Photographer Aashim Tyagi captures honest moments from city streets
If there's one thing we love at Bound, it's discovering gifted creatives such as Aashim Tyagi. Born in Delhi, Aashim moved to Singapore as a teenager and then to the US at the age of 18. After relocating to Mumbai in 2006, and a three-year stint in Bangalore, he returned to Mumbai where he currently lives.
Having worked as a graphic designer for ten years, lacking inspiration in commercial design and being tied to a desk, Aashim pursued a career as a professional photographer in 2011, and boy, are we glad he did. His first commission, Fortified, was an exclusive collection of prints around the Fort neighbourhood of South Mumbai for the design shop Filter. Since then, Aashim has been armed with his Fuji X-Pro 2 and an iPhone and never looked back.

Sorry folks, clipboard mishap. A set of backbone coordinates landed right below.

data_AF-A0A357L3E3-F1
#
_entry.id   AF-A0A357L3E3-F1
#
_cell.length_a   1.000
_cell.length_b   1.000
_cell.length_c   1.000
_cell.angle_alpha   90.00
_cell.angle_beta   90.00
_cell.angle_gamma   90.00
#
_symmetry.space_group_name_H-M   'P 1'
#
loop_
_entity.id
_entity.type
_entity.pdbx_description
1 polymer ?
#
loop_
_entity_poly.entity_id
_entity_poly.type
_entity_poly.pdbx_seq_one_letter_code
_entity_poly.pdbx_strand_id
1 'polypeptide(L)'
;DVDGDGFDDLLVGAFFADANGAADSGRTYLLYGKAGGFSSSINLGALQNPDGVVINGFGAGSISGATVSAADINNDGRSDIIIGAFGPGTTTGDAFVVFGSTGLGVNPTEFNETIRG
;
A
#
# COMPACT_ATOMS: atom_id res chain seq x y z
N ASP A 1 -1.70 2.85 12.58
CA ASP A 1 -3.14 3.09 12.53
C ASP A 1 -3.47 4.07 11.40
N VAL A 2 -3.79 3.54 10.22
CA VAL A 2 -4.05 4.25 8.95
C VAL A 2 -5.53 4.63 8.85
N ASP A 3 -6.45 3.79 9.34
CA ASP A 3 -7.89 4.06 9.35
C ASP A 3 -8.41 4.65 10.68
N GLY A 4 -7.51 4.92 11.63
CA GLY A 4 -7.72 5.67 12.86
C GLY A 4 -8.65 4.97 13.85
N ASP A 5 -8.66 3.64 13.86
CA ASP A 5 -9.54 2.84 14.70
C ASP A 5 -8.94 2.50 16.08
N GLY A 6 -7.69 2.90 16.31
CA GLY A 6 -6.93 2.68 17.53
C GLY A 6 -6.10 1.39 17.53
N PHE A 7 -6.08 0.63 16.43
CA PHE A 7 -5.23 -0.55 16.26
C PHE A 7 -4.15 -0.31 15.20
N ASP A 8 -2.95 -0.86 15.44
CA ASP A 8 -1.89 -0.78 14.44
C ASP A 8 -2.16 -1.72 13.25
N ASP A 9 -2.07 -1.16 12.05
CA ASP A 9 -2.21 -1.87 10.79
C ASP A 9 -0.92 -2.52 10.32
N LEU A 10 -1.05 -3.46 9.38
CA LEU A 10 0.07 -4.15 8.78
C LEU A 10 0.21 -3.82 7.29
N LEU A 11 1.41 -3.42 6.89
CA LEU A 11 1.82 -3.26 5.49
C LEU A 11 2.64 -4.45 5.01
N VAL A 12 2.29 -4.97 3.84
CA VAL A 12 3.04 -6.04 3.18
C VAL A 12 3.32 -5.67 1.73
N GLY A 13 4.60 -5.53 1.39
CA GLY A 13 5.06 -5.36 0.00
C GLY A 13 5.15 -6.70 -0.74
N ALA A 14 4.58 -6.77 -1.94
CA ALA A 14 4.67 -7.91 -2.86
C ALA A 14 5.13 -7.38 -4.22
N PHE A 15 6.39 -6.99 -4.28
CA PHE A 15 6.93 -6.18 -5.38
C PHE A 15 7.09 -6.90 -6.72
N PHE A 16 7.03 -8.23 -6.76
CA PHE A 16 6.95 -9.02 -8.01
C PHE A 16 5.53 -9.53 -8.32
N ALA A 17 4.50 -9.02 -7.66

His documentary style photography has the power to capture the essence of a moment and transport you right into the action. "Honestly. I think there is no such thing as photographic "truth", every decision from the point of view, to the processing has a bearing on the final photo. I strive to share a moment with as much honesty as I can," says Aashim when asked to describe what he tries to convey with his photographs. Being a believer that "learning never stops" his work is influenced by the likes of Todd Hido, Hiroshi Sugimoto, Josef Koudelka, Daido Moriyama to name a few.
When asked what motivates him to continue taking pictures and where he finds inspiration, he replied:
"Curiosity. My absolute favourite thing to do is to walk and explore places. I think the act of looking needs to be deliberate, slow and repetitive. I am all for serendipity and the "decisive moment" but layers reveal themselves when you revisit places, neighbourhoods, spaces and even people. So yes, cities are a great inspiration.
A lot of my work is very graphic in its composition and subject matter. My other great love is typography, so naturally, there are a lot of photographs of signage and lettering, but these photographs of found type have also become a memorial of sorts. These photographs of a changing retail landscape (old tactile signage replaced by digital prints) and a loss of skill is currently a project I am personally vested in."
Image credits: Aashim Tyagi